How Republicans are being taught to talk about Occupy Wall Street
By Chris Moody | The Ticket
ORLANDO, Fla. — The Republican Governors Association met (last) week in Florida to give GOP state executives a chance to rejuvenate, strategize and team-build. But during a plenary session on Wednesday, one question kept coming up: How can Republicans do a better job of talking about Occupy Wall Street?
"I’m so scared of this anti-Wall Street effort. I’m frightened to death," said Frank Luntz, a Republican strategist and one of the nation’s foremost experts on crafting the perfect political message. "They’re having an impact on what the American people think of capitalism."
Luntz offered tips on how Republicans could discuss the grievances of the Occupiers, and help the governors better handle all these new questions from constituents about “income inequality” and “paying your fair share.”
Yahoo News sat in on the session, and counted 10 do’s and don’ts from Luntz covering how Republicans should fight back by changing the way they discuss the movement.
1. Don’t say ‘capitalism.’
"I’m trying to get that word removed and we’re replacing it with either ‘economic freedom’ or ‘free market,’ " Luntz said. "The public … still prefers capitalism to socialism, but they think capitalism is immoral. And if we’re seen as defenders of quote, Wall Street, end quote, we’ve got a problem."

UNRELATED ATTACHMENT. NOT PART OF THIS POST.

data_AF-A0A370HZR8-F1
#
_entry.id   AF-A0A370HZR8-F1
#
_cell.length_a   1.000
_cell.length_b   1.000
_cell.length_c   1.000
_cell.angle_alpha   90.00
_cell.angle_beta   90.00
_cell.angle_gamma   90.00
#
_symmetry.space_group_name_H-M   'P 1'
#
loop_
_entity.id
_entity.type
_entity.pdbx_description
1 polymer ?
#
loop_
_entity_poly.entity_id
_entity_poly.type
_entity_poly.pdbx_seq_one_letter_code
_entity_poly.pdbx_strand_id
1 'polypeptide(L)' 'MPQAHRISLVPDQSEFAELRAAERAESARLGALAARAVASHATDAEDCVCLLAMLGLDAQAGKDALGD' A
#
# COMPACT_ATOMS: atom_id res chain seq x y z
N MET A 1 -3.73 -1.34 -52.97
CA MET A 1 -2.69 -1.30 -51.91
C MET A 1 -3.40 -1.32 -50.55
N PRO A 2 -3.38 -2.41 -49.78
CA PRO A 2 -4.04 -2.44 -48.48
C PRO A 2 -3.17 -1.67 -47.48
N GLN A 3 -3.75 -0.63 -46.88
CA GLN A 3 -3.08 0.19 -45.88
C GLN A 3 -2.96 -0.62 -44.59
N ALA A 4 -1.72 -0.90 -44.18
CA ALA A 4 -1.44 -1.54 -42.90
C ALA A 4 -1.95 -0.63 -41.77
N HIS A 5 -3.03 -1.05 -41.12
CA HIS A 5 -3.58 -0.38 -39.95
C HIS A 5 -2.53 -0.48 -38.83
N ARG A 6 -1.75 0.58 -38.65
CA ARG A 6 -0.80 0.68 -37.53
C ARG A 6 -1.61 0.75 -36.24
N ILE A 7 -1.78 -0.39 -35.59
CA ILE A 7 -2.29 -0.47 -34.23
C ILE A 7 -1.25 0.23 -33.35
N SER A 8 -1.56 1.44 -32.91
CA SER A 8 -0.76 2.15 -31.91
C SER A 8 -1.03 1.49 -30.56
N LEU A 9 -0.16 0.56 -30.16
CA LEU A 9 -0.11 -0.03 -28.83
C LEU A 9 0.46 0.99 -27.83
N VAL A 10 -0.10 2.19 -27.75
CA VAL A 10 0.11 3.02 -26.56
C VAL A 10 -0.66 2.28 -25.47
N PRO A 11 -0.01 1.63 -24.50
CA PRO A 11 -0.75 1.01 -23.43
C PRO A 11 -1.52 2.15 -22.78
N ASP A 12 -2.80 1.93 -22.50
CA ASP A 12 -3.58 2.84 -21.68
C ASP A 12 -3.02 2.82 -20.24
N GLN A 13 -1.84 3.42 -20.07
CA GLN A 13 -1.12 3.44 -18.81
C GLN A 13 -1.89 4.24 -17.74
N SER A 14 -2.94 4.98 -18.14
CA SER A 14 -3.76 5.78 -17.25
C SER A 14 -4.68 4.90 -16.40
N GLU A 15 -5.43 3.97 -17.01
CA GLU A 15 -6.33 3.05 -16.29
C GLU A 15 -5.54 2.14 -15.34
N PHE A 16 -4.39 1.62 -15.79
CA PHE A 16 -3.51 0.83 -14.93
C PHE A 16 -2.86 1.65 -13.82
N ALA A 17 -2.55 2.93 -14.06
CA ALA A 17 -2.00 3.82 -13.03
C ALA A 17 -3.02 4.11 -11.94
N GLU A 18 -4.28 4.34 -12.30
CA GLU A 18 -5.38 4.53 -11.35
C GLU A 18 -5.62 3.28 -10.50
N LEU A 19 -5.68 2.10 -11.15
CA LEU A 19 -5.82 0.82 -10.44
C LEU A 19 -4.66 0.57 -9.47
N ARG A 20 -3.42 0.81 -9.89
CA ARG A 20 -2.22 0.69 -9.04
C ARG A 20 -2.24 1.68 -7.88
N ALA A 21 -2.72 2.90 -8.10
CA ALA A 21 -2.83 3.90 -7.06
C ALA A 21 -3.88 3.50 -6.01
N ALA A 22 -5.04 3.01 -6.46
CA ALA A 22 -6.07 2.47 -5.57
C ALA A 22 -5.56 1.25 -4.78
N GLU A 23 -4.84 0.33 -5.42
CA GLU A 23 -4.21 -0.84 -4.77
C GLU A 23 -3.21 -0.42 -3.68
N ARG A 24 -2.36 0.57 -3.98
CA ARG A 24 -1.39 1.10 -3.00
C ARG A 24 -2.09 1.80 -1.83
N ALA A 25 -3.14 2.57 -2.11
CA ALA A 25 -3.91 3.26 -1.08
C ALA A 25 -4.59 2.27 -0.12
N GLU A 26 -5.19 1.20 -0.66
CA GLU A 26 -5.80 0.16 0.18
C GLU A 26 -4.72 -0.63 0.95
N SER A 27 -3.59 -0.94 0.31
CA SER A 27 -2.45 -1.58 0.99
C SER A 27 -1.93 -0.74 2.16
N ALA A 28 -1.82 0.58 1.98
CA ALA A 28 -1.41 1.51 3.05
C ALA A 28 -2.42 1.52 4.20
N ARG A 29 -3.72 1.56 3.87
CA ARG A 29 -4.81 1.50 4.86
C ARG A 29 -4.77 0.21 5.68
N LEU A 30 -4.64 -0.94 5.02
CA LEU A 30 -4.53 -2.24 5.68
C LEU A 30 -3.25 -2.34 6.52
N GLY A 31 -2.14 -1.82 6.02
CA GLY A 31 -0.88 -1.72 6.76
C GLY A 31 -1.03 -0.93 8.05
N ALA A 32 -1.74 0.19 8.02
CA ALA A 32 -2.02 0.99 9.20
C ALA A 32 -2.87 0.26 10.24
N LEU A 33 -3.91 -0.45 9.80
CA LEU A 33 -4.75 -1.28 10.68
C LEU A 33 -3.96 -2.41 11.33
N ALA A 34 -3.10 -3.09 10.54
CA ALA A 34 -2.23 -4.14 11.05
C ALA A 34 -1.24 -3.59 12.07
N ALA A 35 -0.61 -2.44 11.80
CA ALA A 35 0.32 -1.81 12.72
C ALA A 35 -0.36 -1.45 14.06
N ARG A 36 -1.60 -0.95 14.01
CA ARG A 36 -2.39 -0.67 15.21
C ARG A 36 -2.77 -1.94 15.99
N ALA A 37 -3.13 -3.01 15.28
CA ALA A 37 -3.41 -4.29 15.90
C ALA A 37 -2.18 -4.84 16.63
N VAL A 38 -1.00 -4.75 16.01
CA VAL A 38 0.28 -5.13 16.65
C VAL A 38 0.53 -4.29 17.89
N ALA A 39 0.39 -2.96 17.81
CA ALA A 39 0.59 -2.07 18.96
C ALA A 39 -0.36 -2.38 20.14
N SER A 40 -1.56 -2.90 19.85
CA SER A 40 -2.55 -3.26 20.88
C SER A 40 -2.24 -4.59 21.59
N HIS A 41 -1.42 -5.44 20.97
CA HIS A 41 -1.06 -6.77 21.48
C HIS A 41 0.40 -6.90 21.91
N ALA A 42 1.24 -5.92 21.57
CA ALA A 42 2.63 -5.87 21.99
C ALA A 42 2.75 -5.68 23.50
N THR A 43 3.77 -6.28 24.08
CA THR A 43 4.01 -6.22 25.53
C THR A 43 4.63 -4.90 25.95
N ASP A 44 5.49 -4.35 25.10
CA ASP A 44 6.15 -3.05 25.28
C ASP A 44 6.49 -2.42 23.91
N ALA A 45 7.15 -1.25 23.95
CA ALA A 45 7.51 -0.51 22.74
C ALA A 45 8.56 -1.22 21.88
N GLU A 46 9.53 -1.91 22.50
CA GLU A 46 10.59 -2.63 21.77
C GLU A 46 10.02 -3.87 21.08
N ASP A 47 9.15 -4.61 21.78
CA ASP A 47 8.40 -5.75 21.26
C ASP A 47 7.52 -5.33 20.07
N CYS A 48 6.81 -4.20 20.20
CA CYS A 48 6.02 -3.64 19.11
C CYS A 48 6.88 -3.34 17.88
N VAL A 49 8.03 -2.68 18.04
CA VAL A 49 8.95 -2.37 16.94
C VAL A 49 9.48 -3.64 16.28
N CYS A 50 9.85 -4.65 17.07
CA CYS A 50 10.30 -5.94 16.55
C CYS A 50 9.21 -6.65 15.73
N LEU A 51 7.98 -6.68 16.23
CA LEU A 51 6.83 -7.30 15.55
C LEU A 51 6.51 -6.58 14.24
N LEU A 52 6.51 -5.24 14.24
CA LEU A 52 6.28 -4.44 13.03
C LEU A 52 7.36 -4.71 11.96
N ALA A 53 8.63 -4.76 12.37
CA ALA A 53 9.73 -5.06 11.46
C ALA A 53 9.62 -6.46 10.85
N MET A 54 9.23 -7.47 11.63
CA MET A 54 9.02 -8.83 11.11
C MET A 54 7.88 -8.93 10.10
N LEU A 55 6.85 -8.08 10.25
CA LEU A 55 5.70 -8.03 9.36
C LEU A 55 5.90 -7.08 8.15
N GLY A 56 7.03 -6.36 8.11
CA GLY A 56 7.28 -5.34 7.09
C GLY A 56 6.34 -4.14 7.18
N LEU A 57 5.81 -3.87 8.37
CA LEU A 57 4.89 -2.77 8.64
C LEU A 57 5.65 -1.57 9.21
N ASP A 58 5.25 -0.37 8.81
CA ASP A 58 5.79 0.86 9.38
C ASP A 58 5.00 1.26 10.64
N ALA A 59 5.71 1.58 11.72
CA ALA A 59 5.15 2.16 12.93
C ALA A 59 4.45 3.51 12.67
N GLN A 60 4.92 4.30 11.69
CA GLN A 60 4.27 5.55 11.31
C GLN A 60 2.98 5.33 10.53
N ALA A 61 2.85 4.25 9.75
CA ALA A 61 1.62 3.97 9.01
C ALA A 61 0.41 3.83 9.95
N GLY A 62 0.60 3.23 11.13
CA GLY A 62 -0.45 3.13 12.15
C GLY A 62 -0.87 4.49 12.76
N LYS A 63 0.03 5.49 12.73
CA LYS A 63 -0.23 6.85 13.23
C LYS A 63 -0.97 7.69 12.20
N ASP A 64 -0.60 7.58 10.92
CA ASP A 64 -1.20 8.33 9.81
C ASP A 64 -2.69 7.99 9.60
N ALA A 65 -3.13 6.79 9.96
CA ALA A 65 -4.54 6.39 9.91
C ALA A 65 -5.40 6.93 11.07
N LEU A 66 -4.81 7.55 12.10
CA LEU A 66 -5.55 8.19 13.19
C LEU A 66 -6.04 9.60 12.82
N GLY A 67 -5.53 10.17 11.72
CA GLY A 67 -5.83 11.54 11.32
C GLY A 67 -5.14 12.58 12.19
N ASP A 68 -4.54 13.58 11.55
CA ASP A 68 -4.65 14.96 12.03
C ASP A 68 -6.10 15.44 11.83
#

2. Don’t say that the government ‘taxes the rich.’ Instead, tell them that the government ‘takes from the rich.’
"If you talk about raising taxes on the rich," the public responds favorably, Luntz cautioned. But "if you talk about government taking the money from hardworking Americans, the public says no.Taxing, the public will say yes.”
3. Republicans should forget about winning the battle over the ‘middle class.’ Call them ‘hardworking taxpayers.’
"They cannot win if the fight is on hardworking taxpayers. We can say we defend the ‘middle class’ and the public will say, I’m not sure about that. But defending ‘hardworking taxpayers’ and Republicans have the advantage."
10. Always blame Washington.
Tell them, “You shouldn’t be occupying Wall Street, you should be occupying Washington. You should occupy the White House because it’s the policies over the past few years that have created this problem.”
Don’t say ‘bonus!’
Luntz advised that if they give their employees an income boost during the holiday season, they should never refer to it as a “bonus.”
"If you give out a bonus at a time of financial hardship, you’re going to make people angry. It’s ‘pay for performance.’" […]